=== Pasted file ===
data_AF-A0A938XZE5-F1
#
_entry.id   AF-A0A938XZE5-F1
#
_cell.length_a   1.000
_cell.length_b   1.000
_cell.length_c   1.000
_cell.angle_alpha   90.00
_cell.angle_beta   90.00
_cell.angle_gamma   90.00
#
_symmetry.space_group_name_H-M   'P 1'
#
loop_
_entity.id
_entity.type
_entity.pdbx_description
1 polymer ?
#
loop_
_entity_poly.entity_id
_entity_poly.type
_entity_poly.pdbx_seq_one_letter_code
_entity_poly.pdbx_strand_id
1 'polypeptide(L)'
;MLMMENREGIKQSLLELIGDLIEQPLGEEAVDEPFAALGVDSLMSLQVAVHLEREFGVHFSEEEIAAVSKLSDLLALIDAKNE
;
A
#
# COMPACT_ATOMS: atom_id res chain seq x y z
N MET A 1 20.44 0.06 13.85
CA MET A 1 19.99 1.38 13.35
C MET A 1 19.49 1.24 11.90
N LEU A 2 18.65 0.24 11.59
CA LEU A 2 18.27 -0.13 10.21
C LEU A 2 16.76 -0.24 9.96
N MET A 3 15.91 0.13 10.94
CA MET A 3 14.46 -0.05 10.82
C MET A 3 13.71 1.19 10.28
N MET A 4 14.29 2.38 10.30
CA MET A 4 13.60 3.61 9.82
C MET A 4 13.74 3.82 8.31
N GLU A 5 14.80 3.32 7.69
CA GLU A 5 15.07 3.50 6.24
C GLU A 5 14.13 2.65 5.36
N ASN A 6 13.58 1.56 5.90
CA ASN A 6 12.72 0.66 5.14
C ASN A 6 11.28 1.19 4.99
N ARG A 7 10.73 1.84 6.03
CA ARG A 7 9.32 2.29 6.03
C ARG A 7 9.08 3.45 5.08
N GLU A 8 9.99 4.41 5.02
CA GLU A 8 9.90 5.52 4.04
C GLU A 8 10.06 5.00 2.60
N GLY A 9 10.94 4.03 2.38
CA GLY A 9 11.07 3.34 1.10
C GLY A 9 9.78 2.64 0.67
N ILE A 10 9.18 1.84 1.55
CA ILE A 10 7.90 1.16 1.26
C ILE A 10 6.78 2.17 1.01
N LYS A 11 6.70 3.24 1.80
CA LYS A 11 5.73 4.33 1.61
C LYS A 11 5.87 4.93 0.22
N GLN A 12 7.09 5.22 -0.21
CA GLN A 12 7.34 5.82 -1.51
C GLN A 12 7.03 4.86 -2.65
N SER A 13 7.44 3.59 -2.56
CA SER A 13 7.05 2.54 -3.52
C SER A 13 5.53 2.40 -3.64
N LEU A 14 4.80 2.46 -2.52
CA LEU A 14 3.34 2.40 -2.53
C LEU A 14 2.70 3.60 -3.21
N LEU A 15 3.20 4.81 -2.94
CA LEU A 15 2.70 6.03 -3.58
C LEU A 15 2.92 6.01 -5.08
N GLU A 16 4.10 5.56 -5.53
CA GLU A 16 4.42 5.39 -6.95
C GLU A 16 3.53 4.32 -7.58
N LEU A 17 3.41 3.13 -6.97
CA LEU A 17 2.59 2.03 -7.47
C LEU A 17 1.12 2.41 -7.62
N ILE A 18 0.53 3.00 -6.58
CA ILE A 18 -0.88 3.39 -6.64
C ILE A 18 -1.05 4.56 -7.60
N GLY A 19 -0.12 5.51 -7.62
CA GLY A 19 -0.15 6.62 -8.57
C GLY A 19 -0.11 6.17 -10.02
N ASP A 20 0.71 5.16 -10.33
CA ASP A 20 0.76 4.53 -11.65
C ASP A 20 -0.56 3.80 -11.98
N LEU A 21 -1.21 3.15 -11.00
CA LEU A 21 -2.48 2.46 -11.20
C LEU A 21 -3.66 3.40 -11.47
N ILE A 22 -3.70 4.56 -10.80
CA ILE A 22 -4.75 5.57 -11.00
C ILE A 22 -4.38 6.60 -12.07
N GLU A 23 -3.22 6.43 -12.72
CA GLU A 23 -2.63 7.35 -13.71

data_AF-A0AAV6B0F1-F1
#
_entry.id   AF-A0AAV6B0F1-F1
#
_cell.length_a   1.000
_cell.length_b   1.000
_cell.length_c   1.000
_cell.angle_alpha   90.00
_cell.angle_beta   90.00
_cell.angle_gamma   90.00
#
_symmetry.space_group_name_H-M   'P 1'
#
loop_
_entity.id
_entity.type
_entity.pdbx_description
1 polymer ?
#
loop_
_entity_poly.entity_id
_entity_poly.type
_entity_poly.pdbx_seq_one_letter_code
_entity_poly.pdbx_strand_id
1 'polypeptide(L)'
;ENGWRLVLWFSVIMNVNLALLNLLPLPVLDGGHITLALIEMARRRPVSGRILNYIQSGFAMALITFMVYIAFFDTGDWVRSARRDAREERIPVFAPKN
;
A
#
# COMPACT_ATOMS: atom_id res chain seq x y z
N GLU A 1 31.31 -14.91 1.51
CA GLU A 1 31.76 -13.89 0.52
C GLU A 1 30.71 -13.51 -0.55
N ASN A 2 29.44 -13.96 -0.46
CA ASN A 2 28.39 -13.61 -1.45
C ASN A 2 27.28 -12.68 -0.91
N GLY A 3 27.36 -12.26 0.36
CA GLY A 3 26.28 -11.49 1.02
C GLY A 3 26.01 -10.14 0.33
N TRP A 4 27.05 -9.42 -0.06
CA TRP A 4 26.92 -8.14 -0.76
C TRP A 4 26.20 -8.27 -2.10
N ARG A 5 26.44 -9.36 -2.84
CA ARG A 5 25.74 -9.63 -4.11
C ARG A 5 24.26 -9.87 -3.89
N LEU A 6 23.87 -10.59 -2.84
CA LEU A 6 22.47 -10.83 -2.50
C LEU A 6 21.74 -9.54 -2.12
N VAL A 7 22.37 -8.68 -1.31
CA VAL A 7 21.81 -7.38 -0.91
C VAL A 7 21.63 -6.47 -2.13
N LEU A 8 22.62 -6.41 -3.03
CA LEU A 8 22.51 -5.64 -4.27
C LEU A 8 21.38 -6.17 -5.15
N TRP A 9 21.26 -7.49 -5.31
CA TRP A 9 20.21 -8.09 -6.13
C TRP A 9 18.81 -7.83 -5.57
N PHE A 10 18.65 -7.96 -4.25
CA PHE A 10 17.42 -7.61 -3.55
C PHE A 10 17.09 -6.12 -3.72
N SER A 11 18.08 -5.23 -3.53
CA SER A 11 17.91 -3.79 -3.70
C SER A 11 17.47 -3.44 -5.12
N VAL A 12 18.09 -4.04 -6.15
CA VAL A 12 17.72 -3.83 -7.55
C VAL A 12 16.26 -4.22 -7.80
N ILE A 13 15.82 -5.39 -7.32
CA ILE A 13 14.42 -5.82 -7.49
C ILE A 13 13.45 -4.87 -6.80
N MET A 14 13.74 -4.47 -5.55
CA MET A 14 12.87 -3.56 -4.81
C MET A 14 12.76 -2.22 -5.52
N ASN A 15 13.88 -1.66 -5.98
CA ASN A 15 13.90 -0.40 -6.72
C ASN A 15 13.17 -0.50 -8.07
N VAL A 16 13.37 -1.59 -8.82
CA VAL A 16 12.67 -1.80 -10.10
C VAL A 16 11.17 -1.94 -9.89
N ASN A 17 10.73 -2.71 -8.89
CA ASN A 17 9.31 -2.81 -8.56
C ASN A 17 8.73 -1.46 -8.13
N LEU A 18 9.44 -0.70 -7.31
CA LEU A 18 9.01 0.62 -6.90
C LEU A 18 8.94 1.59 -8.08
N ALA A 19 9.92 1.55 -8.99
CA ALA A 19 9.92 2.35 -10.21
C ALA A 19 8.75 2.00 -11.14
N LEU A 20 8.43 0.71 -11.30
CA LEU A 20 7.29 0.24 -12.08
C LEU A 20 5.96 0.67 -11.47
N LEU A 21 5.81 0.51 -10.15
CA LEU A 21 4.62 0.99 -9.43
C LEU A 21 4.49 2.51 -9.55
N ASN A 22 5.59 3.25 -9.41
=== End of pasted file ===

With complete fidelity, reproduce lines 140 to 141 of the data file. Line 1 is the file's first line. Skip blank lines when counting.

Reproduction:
C TRP A 4 26.20 -8.27 -2.10
N ARG A 5 26.44 -9.36 -2.84